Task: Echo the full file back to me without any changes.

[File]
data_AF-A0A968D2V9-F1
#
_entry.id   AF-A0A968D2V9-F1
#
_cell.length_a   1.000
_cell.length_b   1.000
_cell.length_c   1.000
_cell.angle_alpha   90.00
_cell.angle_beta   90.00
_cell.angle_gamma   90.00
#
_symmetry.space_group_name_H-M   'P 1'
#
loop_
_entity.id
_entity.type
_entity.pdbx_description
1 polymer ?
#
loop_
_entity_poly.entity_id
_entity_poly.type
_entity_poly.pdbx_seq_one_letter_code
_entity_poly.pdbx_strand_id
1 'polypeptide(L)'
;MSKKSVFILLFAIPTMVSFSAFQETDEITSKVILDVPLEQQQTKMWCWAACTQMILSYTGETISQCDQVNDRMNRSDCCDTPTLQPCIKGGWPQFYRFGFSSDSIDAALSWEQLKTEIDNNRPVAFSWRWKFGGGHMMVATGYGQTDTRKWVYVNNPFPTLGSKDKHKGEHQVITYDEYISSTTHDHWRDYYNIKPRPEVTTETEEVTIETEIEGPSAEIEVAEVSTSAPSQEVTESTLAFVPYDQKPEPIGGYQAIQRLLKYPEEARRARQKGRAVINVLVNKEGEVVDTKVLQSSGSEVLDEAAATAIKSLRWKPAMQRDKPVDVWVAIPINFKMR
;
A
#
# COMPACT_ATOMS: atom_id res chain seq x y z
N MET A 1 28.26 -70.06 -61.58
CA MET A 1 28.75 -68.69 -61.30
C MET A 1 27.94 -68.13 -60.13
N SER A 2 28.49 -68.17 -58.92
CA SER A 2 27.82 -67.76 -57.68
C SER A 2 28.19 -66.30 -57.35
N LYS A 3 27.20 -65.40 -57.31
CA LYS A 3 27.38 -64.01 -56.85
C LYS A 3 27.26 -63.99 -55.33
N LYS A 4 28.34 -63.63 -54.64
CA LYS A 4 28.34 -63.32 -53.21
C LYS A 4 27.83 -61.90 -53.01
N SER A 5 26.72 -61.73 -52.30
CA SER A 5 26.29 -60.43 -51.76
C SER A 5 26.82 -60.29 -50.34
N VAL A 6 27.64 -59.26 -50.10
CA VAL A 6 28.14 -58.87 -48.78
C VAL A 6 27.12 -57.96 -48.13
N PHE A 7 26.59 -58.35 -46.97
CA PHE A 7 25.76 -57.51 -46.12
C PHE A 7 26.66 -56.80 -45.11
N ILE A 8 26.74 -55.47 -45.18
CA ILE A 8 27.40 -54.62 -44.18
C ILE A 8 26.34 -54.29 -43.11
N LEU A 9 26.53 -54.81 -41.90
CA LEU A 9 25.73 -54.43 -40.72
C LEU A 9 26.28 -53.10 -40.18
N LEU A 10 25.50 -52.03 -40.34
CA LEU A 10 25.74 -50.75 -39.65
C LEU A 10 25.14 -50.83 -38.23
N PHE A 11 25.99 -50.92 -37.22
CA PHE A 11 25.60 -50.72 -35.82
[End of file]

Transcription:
data_AF-A0A968D2V9-F1
#
_entry.id   AF-A0A968D2V9-F1
#
_cell.length_a   1.000
_cell.length_b   1.000
_cell.length_c   1.000
_cell.angle_alpha   90.00
_cell.angle_beta   90.00
_cell.angle_gamma   90.00
#
_symmetry.space_group_name_H-M   'P 1'
#
loop_
_entity.id
_entity.type
_entity.pdbx_description
1 polymer ?
#
loop_
_entity_poly.entity_id
_entity_poly.type
_entity_poly.pdbx_seq_one_letter_code
_entity_poly.pdbx_strand_id
1 'polypeptide(L)'
;MSKKSVFILLFAIPTMVSFSAFQETDEITSKVILDVPLEQQQTKMWCWAACTQMILSYTGETISQCDQVNDRMNRSDCCDTPTLQPCIKGGWPQFYRFGFSSDSIDAALSWEQLKTEIDNNRPVAFSWRWKFGGGHMMVATGYGQTDTRKWVYVNNPFPTLGSKDKHKGEHQVITYDEYISSTTHDHWRDYYNIKPRPEVTTETEEVTIETEIEGPSAEIEVAEVSTSAPSQEVTESTLAFVPYDQKPEPIGGYQAIQRLLKYPEEARRARQKGRAVINVLVNKEGEVVDTKVLQSSGSEVLDEAAATAIKSLRWKPAMQRDKPVDVWVAIPINFKMR
;
A
#
# COMPACT_ATOMS: atom_id res chain seq x y z
N MET A 1 28.26 -70.06 -61.58
CA MET A 1 28.75 -68.69 -61.30
C MET A 1 27.94 -68.13 -60.13
N SER A 2 28.49 -68.17 -58.92
CA SER A 2 27.82 -67.76 -57.68
C SER A 2 28.19 -66.30 -57.35
N LYS A 3 27.20 -65.40 -57.31
CA LYS A 3 27.38 -64.01 -56.85
C LYS A 3 27.26 -63.99 -55.33
N LYS A 4 28.34 -63.63 -54.64
CA LYS A 4 28.34 -63.32 -53.21
C LYS A 4 27.83 -61.90 -53.01
N SER A 5 26.72 -61.73 -52.30
CA SER A 5 26.29 -60.43 -51.76
C SER A 5 26.82 -60.29 -50.34
N VAL A 6 27.64 -59.26 -50.10
CA VAL A 6 28.14 -58.87 -48.78
C VAL A 6 27.12 -57.96 -48.13
N PHE A 7 26.59 -58.35 -46.97
CA PHE A 7 25.76 -57.51 -46.12
C PHE A 7 26.66 -56.80 -45.11
N ILE A 8 26.74 -55.47 -45.18
CA ILE A 8 27.40 -54.62 -44.18
C ILE A 8 26.34 -54.29 -43.11
N LEU A 9 26.53 -54.81 -41.90
CA LEU A 9 25.73 -54.43 -40.72
C LEU A 9 26.28 -53.10 -40.18
N LEU A 10 25.50 -52.03 -40.34
CA LEU A 10 25.74 -50.75 -39.65
C LEU A 10 25.14 -50.83 -38.23
N PHE A 11 25.99 -50.92 -37.22
CA PHE A 11 25.60 -50.72 -35.82